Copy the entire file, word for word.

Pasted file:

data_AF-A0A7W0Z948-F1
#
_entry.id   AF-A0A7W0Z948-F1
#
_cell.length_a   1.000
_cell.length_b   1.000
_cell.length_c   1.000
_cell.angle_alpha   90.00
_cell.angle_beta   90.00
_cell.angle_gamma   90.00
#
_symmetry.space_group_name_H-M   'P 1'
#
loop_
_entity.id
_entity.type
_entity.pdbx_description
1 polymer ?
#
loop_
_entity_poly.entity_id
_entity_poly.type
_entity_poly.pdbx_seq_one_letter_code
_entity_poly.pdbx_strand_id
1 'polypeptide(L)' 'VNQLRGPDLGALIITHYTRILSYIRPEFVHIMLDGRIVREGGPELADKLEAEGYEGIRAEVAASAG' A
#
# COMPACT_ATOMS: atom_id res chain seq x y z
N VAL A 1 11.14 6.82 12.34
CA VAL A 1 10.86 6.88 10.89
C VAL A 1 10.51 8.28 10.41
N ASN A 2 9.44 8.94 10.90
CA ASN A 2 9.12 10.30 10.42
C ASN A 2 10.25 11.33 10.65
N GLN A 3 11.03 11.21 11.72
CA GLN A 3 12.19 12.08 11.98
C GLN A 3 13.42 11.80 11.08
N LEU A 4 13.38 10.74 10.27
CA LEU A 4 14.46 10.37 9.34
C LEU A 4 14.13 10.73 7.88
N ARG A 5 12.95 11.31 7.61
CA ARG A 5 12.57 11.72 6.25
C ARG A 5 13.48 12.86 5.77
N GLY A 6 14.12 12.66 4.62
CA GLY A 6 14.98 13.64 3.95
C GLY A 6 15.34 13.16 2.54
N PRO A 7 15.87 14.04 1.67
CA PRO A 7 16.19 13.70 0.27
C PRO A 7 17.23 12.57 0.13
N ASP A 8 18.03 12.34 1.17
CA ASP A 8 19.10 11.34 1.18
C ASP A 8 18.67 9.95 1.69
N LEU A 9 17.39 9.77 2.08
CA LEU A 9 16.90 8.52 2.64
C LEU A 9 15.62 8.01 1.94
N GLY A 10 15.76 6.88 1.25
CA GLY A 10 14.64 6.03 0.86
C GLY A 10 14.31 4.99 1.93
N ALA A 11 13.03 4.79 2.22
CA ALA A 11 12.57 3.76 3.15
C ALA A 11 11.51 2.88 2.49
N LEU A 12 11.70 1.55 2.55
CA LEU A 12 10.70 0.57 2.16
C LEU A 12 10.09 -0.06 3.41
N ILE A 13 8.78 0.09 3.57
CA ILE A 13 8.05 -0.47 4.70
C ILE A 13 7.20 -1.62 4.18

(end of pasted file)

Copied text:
data_AF-A0A7W0Z948-F1
#
_entry.id   AF-A0A7W0Z948-F1
#
_cell.length_a   1.000
_cell.length_b   1.000
_cell.length_c   1.000
_cell.angle_alpha   90.00
_cell.angle_beta   90.00
_cell.angle_gamma   90.00
#
_symmetry.space_group_name_H-M   'P 1'
#
loop_
_entity.id
_entity.type
_entity.pdbx_description
1 polymer ?
#
loop_
_entity_poly.entity_id
_entity_poly.type
_entity_poly.pdbx_seq_one_letter_code
_entity_poly.pdbx_strand_id
1 'polypeptide(L)' 'VNQLRGPDLGALIITHYTRILSYIRPEFVHIMLDGRIVREGGPELADKLEAEGYEGIRAEVAASAG' A
#
# COMPACT_ATOMS: atom_id res chain seq x y z
N VAL A 1 11.14 6.82 12.34
CA VAL A 1 10.86 6.88 10.89
C VAL A 1 10.51 8.28 10.41
N ASN A 2 9.44 8.94 10.90
CA ASN A 2 9.12 10.30 10.42
C ASN A 2 10.25 11.33 10.65
N GLN A 3 11.03 11.21 11.72
CA GLN A 3 12.19 12.08 11.98
C GLN A 3 13.42 11.80 11.08
N LEU A 4 13.38 10.74 10.27
CA LEU A 4 14.46 10.37 9.34
C LEU A 4 14.13 10.73 7.88
N ARG A 5 12.95 11.31 7.61
CA ARG A 5 12.57 11.72 6.25
C ARG A 5 13.48 12.86 5.77
N GLY A 6 14.12 12.66 4.62
CA GLY A 6 14.98 13.64 3.95
C GLY A 6 15.34 13.16 2.54
N PRO A 7 15.87 14.04 1.67
CA PRO A 7 16.19 13.70 0.27
C PRO A 7 17.23 12.57 0.13
N ASP A 8 18.03 12.34 1.17
CA ASP A 8 19.10 11.34 1.18
C ASP A 8 18.67 9.95 1.69
N LEU A 9 17.39 9.77 2.08
CA LEU A 9 16.90 8.52 2.64
C LEU A 9 15.62 8.01 1.94
N GLY A 10 15.76 6.88 1.25
CA GLY A 10 14.64 6.03 0.86
C GLY A 10 14.31 4.99 1.93
N ALA A 11 13.03 4.79 2.22
CA ALA A 11 12.57 3.76 3.15
C ALA A 11 11.51 2.88 2.49
N LEU A 12 11.70 1.55 2.55
CA LEU A 12 10.70 0.57 2.16
C LEU A 12 10.09 -0.06 3.41
N ILE A 13 8.78 0.09 3.57
CA ILE A 13 8.05 -0.47 4.70
C ILE A 13 7.20 -1.62 4.18